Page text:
The first in this series looks at the late Brian Greenhoff.
It’s only fitting that I start this series of articles by talking about Brian Greenhoff, on today, the fifth anniversary of his passing.
Brian was born in Barnsley in April 1953 and was a youth player at Manchester United. He was given his debut by Tommy Docherty, who had previously tried to sign Brian as a kid when the Doc was manager of Rotherham United.
Before he had kicked a ball for the senior team Brian had enjoyed an eventful time at Old Trafford. He was credited for helping Sammy McIlroy get over the homesickness which threatened to ruin the Northern Irish midfielder’s career before it really began. He got over a number of injuries with the help of some famous names including Bill Foulkes, and he even had a memorable run-in with the legendary Jimmy Murphy at the Blue Star tournament in Switzerland. Brian had one too many to drink and when he woke, far worse than the hangover, was the sight of Jimmy standing over him giving what Brian described as the ‘biggest rollicking’ of his life.
Brian was a utility player but had seemed to find his place as a ball-playing defensive midfielder. He was a nicker of the ball rather than a hard-tackling nut and liked to start attacks with long, sweeping balls.
His breakthrough came in the club’s infamous relegation season of 1973/74 when he was given the supporter’s player of the year award.
In a Cup tie against Wolves, Docherty played Greenhoff alongside skipper Martin Buchan in defence — the pair had previously played there but Buchan had usually been partnered by other players like Steve James, Jim Holton and Arnie Sidebottom. Something clicked and Buchan’s commandeering, stylish defensive play was perfectly complemented by Brian’s sweeper style. Brian had first had a run there starting at Stamford Bridge in 73/74 but it was the Wolves game where he became a permanent fixture there.
The pair of Buchan and Greenhoff worked together fantastically and Brian’s contribution can be summarised by his pass which started the move which led to Gordon Hill’s first magnificent goal in the 1976 FA Cup semi final against Derby County.
The sight of a tearful Brian being consoled by Tommy Docherty after the defeat in the FA Cup Final against Southampton that year was the iconic image from that year’s final; 12 months later, Brian was man of the match as United won 2-1 against Liverpool in the 1977 FA Cup Final.
I could not be any prouder that Brian was the first person I worked with on a book. With over 250 appearances at a tremendously eventful time in United’s history, his story is one that certainly did deserve documenting. During the time I spent working with him I was proud to call him a friend and felt fortunate to call upon his help at one or two difficult times in my personal life. He even helped and gave advice when I was moving house!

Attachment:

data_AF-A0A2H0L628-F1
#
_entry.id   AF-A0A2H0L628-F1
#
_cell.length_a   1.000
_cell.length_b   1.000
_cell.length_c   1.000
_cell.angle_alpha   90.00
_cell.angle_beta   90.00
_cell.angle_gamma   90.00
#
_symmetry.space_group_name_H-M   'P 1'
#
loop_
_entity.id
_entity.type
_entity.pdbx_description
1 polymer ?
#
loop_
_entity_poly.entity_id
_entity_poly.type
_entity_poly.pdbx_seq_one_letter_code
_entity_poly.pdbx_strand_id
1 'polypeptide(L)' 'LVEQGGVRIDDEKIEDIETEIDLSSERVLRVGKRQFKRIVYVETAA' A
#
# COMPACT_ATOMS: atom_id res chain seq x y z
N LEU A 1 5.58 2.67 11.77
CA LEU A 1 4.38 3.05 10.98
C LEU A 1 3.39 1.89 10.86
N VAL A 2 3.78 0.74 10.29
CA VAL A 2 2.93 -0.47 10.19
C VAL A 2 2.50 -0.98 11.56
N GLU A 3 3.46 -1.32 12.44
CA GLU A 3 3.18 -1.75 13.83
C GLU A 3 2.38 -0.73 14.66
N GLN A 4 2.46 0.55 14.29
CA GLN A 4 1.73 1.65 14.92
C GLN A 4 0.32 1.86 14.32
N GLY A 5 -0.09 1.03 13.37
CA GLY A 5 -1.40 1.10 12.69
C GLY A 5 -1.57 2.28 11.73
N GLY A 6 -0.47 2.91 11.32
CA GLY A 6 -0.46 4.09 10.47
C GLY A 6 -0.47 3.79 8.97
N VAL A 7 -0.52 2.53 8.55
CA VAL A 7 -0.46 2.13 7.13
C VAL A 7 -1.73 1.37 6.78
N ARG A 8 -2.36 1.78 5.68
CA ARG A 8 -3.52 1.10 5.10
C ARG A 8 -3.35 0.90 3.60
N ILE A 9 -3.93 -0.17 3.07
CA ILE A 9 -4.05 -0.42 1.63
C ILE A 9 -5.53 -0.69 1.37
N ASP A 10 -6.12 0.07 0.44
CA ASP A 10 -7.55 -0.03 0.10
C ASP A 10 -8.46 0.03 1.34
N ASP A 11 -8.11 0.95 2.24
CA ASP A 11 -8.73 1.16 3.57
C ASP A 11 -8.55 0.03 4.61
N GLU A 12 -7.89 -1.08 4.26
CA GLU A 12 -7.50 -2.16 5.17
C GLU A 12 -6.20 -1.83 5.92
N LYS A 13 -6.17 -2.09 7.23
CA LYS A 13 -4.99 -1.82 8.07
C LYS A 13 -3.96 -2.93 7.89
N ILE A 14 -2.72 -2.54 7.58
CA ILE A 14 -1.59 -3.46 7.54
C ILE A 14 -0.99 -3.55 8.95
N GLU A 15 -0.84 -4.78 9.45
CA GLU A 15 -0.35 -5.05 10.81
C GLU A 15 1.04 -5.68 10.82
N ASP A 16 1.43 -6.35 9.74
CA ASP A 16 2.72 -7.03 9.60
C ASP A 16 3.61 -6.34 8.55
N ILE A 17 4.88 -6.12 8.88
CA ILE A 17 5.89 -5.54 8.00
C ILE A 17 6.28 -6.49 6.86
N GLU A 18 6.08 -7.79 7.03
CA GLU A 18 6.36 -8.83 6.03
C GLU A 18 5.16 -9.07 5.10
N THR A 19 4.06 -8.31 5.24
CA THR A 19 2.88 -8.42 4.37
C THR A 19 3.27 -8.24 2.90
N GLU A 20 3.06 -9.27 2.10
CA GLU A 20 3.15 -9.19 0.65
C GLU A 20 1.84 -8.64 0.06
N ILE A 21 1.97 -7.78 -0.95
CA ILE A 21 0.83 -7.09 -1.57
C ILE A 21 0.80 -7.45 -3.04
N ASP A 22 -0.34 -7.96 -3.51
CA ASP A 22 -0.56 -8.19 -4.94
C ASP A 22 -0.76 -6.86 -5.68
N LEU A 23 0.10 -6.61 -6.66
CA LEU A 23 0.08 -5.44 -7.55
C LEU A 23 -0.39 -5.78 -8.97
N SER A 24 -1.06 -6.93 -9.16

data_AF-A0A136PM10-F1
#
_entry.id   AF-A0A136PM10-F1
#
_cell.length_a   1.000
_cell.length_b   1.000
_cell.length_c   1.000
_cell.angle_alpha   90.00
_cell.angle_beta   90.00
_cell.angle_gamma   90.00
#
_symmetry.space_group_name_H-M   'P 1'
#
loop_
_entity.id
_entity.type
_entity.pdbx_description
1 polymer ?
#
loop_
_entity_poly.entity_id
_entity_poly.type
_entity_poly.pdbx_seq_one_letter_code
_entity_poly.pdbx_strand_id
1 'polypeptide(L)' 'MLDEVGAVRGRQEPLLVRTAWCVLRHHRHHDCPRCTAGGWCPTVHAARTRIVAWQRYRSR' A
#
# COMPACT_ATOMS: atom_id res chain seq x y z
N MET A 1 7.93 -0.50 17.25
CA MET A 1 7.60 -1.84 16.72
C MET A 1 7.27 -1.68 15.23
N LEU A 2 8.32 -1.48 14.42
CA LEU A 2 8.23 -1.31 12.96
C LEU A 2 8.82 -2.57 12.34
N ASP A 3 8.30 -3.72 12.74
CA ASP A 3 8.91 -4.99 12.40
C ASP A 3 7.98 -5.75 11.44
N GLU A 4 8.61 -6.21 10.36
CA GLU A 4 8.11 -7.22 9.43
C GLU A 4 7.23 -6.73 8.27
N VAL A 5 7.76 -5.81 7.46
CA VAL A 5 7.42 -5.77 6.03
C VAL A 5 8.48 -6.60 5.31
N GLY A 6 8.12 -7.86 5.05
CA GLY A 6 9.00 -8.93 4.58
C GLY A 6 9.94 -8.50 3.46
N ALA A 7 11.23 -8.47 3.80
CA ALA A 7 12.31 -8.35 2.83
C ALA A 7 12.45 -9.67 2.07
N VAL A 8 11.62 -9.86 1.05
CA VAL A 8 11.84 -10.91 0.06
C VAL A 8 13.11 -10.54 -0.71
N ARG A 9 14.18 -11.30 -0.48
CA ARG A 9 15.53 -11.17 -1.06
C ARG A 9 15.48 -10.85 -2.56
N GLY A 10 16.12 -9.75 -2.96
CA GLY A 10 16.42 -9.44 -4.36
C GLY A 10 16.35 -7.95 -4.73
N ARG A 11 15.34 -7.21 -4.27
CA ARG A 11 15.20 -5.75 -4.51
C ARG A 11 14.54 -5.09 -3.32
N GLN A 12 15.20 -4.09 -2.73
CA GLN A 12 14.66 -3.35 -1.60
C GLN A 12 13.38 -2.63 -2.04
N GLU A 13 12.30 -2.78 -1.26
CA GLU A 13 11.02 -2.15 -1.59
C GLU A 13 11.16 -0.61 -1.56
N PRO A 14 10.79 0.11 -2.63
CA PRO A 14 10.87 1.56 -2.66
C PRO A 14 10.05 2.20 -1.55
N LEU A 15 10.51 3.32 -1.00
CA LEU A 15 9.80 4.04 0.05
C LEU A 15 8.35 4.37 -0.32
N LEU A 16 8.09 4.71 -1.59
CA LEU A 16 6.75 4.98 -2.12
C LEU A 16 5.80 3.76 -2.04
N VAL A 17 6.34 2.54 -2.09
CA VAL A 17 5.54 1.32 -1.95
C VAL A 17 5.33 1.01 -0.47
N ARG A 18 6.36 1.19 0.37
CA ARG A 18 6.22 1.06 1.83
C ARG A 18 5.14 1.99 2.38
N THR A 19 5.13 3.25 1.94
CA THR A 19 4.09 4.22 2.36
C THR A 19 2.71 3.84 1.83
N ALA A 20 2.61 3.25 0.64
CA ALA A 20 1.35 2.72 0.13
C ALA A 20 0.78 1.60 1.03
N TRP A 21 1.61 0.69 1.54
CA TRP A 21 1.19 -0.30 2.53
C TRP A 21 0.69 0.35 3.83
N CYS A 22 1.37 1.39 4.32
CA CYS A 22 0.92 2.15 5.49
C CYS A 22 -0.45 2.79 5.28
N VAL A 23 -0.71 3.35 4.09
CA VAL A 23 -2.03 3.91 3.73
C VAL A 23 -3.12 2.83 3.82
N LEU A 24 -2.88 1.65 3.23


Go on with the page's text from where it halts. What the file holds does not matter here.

Brian was a great cook and had a razor sharp sense of humour, which I was the victim of a fair few times. More than any of that, he was a devoted family man who adored his wife Maureen, his sons Paul, Brian and Peter and his grandchildren.
His family were the only thing he loved more than Manchester United, and in the last year of his life I felt incredibly fortunate to do a regular podcast with him talking about the club’s progress.
It was thanks to Brian that I was introduced to working with Sammy McIlroy, Tommy Docherty and Gordon Hill, all names I would work with again and all names who were quick to give praise to Brian. In fact, in getting in touch with Gordon, who hadn’t seen Brian for a long time, we were all set to begin recording podcasts with the three of us before Brian suddenly passed away in May 2013.
I had known Brian for a little under a year and a half. I was born in 1981, a couple of years after Brian left United, so I wasn’t lucky enough to have seen him play for the club. I idolised him in a different way; it’s said that you meet one or two people who have a profound impact on your life and Brian introduced me to a career that had always been my dream. For that he will always be my hero.
You will hopefully, then, forgive this writer for being sycophantic if I give him some credit with being the player who revolutionised that position at United — all the great sides which followed included a ball-playing centre half in the mould of Brian Greenhoff.
But take away my romanticism and take on board the praise for him by those who knew — Tommy Docherty compared his style to Gerard Pique, while press reports in the early 70’s likened him to Franz Beckenbauer. If that seems like hyperbole, it does give an indication of the esteem he was held in, the potential he had and the quality he showed.
Brian was one of the victims of Dave Sexton’s reserved management; he preferred the aggressive style of Gordon McQueen, and so Brian was moved around in different positions before being sold, after two troubled years, to Leeds in 1979.
As such, we almost have the benefit of that crystallised performance in the 1977 FA Cup Final, a 24-year old centre-half leading the charge against the-then best team in Europe who had the best years of his career still to come.
Brian may not get into most people’s all-time United XI but for many who had the good fortune to see him play, he embodied everything that was good about one of the most loved sides in the club’s history. And, in some ways, by being the pioneer of a style at the club, his influence stretches far deeper than he imagined.
You can read his story here.